Sprinting 100x out of corners have everything to do with aerobic & anaerobic. Whatever the aerobic can't cover has to be covered by anaerobic during the burst. So higher aerobic capacity means less reliance on anaerobic system for power generation. Furthermore, muscle lactate generated anaerobically can be aerobically cleared. Anaerobic work capacity is limited and only recharges when there's not a lot of demand.

If you really want to learn about this, read textbooks on exercise physiology and the two articles below. Reading Friel for exercise physiology makes as much sense as asking exercise physiologist for race strategy.

http://www.ncbi.nlm.nih.gov/pubmed/15131240

http://www.ncbi.nlm.nih.gov/pubmed/22382171
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Old 08-21-12, 03:12 PM   #18
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http://en.wikipedia.org/wiki/Triangle

FTW - this explains all about a triangle...
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Old 08-21-12, 03:17 PM   #19
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IMO this image does a better job at relating performance factors to physiological measures.

Is that chart a joke? It seems meaningless to me.

I guess a better question is, how is it supposed to be used?

Also, it seems to leave out the type of bar tape you have.
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Old 08-21-12, 03:29 PM   #20
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why you guys spend so much time to delve into some mnemonic? ...
Not a mnemonic. It's a model. Albeit, oversimplified, maybe.
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Old 08-21-12, 03:41 PM   #21
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Mr. Madison, what you've just said ... is one of the most insanely idiotic things I have ever heard. At no point in your rambling, incoherent response were you even close to anything that could be considered a rational thought. Everyone in this room is now dumber for having listened to it. I award you no points, and may God have mercy on your soul.
So you already know the answer? Why start the thread, then? My response, attempting to illustrate the concept of speed, if anything, was only guilty of over-simplification. But, considering your OP, I thought that's what you wanted.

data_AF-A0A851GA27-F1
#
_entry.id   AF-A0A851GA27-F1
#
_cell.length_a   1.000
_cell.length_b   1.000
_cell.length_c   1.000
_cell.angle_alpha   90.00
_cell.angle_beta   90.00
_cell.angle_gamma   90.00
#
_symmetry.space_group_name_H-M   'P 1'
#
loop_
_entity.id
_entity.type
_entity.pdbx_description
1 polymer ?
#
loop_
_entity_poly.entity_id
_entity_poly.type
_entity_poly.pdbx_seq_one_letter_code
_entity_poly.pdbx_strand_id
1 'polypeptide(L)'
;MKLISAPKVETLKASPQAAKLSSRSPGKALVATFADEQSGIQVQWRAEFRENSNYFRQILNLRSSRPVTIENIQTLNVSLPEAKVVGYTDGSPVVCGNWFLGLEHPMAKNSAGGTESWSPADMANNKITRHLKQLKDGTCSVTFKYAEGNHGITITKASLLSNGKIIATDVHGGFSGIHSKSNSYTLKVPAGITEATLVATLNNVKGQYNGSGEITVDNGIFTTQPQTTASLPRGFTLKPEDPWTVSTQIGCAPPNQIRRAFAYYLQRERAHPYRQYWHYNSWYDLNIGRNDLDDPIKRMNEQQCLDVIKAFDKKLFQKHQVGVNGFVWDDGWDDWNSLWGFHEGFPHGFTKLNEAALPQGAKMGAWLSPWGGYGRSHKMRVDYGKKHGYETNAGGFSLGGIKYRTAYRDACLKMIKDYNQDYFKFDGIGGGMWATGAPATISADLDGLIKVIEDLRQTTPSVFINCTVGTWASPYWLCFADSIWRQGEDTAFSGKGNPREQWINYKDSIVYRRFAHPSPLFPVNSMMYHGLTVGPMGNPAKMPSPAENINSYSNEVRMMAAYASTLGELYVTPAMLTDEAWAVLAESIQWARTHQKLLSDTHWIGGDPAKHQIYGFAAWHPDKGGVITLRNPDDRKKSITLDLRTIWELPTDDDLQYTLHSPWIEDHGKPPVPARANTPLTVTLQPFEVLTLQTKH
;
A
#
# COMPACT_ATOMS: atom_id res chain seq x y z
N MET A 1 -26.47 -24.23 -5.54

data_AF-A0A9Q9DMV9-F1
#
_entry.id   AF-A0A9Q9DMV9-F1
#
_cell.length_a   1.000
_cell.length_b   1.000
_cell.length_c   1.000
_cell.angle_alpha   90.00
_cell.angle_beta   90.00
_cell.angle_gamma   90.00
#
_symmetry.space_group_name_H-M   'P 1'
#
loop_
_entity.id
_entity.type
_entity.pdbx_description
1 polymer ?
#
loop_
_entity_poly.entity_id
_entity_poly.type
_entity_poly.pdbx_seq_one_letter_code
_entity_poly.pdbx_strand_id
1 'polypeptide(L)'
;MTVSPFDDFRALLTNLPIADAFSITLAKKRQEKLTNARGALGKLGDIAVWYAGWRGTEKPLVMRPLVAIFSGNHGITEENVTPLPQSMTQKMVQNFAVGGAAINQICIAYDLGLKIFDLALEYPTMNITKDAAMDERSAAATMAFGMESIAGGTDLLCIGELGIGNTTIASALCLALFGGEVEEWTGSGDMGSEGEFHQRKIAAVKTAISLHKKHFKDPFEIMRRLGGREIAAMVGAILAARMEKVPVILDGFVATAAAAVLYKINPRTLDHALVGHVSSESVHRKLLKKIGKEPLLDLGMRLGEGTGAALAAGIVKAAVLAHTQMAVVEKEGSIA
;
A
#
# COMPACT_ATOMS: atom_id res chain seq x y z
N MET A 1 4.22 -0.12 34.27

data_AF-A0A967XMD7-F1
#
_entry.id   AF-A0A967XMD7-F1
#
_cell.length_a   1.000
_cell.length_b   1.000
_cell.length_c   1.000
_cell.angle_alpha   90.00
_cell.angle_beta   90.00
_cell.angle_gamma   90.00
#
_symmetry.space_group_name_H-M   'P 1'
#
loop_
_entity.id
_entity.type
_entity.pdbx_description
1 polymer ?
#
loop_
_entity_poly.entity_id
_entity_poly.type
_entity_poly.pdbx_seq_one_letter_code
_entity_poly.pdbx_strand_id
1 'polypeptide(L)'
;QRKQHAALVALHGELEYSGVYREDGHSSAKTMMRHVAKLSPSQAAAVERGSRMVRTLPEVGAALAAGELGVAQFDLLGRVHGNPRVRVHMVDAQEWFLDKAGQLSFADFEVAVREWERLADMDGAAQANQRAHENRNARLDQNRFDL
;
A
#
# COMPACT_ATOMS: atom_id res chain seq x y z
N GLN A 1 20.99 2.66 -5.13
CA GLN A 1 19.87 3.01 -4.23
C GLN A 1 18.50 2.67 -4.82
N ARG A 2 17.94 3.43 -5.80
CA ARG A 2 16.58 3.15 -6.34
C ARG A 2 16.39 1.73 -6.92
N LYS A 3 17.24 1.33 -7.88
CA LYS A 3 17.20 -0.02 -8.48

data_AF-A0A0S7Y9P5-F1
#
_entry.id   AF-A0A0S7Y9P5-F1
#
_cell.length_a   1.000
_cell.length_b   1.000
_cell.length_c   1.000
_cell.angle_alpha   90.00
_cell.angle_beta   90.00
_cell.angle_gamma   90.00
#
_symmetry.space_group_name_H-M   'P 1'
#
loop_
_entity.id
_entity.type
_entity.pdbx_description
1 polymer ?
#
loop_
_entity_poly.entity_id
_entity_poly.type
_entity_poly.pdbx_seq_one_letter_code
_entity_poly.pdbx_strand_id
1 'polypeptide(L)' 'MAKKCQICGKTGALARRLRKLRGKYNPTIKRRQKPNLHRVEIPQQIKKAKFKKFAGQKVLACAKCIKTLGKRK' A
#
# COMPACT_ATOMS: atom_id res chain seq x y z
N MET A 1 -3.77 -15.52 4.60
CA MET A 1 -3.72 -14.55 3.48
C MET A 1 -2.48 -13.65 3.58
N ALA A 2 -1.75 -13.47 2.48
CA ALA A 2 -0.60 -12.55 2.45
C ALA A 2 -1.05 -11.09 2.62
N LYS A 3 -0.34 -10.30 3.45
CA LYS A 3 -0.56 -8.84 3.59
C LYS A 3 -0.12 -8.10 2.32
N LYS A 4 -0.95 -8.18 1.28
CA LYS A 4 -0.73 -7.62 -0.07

Or, rather, you could instead constructively address my statements' flaws and point out its failings.

In the end, he who spins the biggest gear fastest, wins. Outside of tactics, tell me how this is wrong.
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Old 08-21-12, 04:41 PM   #22
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In the end, he who spins the biggest gear fastest, wins. Outside of tactics, tell me how this is wrong.
If you're discussing who spins the biggest gear the fastest from point zero to the finish in continual motion, then tactics would be meaningless in this equation.

And unless that's what you're making reference to, then the equation is meaningless.
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Old 08-21-12, 04:55 PM   #23
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...
In the end, he who spins the biggest gear fastest, wins. Outside of tactics, tell me how this is wrong.
Rarely is the biggest gear in your cassette the one you are using to win a race. Dude, I don't think you quite know what the discussion is about.

Talking about the utility of leg speed: training leg speed will make your pedaling motion smoother by improving your neuromuscular control, even if you never spin at 120+rpm in a race.
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Old 08-21-12, 05:10 PM   #24
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If you're discussing who spins the biggest gear the fastest from point zero to the finish in continual motion, then tactics would be meaningless in this equation.

And unless that's what you're making reference to, then the equation is meaningless.
Correct. My apologies if my reference to "in the end" didn't make it clear. I was referring to a finishing sprint. That's also why I said to take out tactics, i.e.: break-aways, trailing position, etc...

While my statement was not addressing the OP, I was trying to address this sub-topic the OP brought up:

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It makes no sense to me. I can't get past even the basic definitions. For instance: "Speed". Speed of what? It can't be riding speed. I'll assume it's leg speed i.e. cadence - but that's why we have gears, to make sure no matter what velocity we want to ride the bike we can stay in a very narrow range of cadences. So how is it that better "speed" increases any performance on the bike - exception to track racing.

Usually I think of myself as a reasonably smart guy, but Friel's concepts have been continuously testing that theory.
I was trying to show how better speed does positively effect performance on the bike, and not even just track as mr. butts said.